Cholesteatoma arising from the petrous apex is a rarity. It is still difficult to make an early diagnosis of this lesion because of the anatomical structure of the petrous apex. In the present study we reviewed our 10 cases of cholesteatoma of the petrous apex, and discussed mainly on the surgical approaches to this lesion. Patients presenting with limited preoperative deficits have challenged the surgeon to design the surgical approach in order to preserve functions such as hearing and facial nerve function. Although the design of the surgical approach should be dependent on the preoperative hearing and facial nerve function, we emphasized that the middle cranial fossa approach is appropriate for the petrous apex lesion. In addition, we discussed the possibility of hearing preservation by the partial labyrinthectomy with the review of the literature.
The efficacy of the preoperative 1mm-slice CT for evaluating the condition of the ossicular chain and the facial cannl was assessed. CT findings were compared with the operative findings of middle ears in 120 cases of chronic otitis media or cholesteatoma that underwent tympanoplasty. The riliability of lmm-slice CT in detecting any defect of the ossicular chain was much superior to those of 2mm-slice CT previously reported, and the difference between them is essential for preoperative information. On the other hand, thinner slice than 1mm may be unnecessary, especially in routine use.
We reported the outcome of bilateral middle ear surgery in 77 patients (154 ears) with chronic ear diseases between 1986 and 1998. Concerning the development of mastoid pneumatization, 154 ears with bilateral ear surgery were compared with other 168 ears received unilateral ear surgery. In cases with bilateral ear surgery, sclerosis of mastoid pneumatization was more often found compared with cases received unilateral ear surgery significantly. The hearing result was successful when the postoperative hearing level satisfied with at least one of three conditions as follows: 1) air-bone gap less than 20 dB, 2) hearing level above 40 dB, or 3) hearing gain more than 15dB. Bilateral success rate was 73.3%, unilateral success rate was 21.3% and bilateral unsuccess rate was 5.3%. The problems of surgery and counterplans on the ear with poorer hearing, especially only hearing ear, and on the case with bilateral cholesteatoma were discussed.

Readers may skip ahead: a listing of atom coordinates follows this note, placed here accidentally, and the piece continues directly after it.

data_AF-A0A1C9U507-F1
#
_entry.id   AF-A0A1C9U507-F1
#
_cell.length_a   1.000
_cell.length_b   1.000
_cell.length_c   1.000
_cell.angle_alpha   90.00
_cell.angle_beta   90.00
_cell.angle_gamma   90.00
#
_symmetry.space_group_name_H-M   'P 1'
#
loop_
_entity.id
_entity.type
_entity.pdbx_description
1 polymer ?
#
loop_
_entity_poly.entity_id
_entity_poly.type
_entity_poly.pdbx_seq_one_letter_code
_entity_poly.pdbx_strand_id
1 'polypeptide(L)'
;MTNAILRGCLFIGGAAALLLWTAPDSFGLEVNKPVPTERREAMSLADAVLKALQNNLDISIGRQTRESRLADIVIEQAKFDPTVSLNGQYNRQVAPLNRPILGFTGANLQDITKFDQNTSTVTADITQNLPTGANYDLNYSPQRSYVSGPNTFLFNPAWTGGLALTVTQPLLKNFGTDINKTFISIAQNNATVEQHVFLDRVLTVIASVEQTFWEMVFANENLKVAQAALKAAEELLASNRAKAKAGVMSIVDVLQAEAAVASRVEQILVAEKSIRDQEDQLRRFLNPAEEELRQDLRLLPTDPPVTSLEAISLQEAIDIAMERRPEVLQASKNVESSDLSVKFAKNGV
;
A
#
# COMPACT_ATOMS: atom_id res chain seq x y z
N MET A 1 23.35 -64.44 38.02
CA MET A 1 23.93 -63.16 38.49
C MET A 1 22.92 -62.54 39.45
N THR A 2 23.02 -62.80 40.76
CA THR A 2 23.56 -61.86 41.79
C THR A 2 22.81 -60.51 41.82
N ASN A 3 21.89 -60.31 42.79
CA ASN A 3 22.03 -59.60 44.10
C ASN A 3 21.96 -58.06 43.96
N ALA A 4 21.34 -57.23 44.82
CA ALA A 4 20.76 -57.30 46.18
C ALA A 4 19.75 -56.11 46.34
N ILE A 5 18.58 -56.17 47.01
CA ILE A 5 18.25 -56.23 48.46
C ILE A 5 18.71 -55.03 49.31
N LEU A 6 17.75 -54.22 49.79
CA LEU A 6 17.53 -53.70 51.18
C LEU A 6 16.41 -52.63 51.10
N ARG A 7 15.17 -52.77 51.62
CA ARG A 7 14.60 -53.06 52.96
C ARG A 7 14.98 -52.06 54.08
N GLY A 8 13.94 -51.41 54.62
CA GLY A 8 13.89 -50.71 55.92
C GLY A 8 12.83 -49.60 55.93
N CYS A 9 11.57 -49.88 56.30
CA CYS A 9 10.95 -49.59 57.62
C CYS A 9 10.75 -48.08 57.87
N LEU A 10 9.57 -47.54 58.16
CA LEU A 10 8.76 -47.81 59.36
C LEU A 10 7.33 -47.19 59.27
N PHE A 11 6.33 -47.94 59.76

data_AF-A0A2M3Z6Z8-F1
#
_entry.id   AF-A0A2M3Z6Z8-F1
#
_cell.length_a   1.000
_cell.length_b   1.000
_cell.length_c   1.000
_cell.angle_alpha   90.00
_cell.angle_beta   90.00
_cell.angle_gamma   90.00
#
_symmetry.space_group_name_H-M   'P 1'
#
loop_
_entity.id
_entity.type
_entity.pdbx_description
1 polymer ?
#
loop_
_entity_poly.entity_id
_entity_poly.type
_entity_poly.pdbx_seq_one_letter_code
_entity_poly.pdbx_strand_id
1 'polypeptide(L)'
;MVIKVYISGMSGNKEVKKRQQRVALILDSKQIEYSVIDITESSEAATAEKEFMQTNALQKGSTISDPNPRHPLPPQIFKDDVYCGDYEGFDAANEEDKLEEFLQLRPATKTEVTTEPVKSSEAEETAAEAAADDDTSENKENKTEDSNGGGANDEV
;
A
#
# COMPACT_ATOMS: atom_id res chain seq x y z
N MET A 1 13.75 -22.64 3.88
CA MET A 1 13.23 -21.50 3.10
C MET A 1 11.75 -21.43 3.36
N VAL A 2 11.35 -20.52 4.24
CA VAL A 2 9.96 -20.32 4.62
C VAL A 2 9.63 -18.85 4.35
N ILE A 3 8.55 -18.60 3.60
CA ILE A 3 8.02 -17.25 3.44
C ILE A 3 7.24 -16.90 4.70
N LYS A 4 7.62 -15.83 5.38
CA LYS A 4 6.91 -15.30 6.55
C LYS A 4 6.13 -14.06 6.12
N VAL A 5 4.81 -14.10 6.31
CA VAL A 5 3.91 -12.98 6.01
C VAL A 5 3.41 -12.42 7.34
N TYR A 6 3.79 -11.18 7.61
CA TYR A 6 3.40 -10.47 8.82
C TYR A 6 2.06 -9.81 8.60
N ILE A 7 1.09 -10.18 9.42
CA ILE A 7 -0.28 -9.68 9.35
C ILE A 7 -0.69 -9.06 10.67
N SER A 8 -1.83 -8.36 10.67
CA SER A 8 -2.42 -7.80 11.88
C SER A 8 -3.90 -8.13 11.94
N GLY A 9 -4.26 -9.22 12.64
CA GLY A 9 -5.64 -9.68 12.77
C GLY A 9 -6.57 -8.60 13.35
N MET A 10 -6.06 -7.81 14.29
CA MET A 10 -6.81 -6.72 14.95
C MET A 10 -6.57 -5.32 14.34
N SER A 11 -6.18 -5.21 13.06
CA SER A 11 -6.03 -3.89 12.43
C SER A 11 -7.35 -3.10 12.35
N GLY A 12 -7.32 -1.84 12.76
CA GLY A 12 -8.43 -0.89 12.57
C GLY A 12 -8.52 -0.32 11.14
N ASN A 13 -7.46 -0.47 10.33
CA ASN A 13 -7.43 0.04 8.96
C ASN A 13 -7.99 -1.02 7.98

The first patient was a 48-year-old female with chronic otitis media of the left ear. The second patient was a 37-year-old male with cholesteatoma in the pars flaccida of the left ear. These two patients were operated by “canal wall up” method. Mastoidectomy revealed a mastoid cyst, filling in the mastoid cavity, and occipital bony defects in the mastoid area. Bony destruction of the 2nd patient was so severe that the sigmoid sinus was clearly observed. The aditus of both patients was completely obliterated by the cyst wall and a cholesterol granuloma. These obstruction of the air ventilation in the middle ear space at the aditus were thought to play an important role in the ctiology of the cyst. The mastoid cyst of the 1st patient was removed by the en block mothod, but that of the 2nd patient was resected piece by piece. The membranous blockage at the aditus was removed, and bony defect was reconstructed with auricular cartilage. After the removal of the cyst, the epiytmpanic cavity and the mastoid cavity were obliterated by bony pate to reduce the overload of the tubal function. Post-operatively, the hearing was improved and rapid epithelization of the tympanic menbrane was observed.